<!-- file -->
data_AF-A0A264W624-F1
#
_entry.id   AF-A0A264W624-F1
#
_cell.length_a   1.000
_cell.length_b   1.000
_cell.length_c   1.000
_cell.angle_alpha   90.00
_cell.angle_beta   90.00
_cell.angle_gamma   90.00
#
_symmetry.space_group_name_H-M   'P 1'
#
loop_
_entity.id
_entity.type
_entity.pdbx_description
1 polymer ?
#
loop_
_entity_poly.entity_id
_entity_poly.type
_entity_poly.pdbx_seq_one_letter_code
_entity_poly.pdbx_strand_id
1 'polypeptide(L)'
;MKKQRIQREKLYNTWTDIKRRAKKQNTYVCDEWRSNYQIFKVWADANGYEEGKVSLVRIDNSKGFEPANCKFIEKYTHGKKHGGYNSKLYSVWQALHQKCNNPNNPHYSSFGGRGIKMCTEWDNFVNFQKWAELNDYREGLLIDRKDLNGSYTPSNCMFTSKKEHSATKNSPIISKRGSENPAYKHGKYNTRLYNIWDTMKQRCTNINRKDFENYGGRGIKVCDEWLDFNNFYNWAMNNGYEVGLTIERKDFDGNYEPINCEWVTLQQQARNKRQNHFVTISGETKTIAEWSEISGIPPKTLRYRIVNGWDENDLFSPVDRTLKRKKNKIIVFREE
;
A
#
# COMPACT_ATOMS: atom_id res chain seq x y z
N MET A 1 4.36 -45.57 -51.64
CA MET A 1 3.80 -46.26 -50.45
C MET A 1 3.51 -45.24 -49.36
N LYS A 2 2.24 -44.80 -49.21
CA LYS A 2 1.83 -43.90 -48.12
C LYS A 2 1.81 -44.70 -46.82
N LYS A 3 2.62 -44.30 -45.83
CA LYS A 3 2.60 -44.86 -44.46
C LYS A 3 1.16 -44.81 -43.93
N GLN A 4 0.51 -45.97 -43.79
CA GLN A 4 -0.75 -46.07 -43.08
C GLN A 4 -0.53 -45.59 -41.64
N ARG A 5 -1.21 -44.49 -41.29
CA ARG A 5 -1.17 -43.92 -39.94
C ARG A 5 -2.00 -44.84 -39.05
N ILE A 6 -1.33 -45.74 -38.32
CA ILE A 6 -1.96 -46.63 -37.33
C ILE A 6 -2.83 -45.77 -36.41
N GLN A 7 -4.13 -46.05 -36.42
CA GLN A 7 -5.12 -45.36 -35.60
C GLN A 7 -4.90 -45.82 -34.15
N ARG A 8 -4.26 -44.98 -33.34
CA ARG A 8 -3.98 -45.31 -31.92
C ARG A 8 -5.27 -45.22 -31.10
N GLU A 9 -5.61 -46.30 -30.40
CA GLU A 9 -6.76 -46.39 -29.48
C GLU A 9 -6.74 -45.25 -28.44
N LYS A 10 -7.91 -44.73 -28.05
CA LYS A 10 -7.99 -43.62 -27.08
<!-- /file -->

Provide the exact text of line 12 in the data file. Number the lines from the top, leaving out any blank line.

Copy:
_symmetry.space_group_name_H-M   'P 1'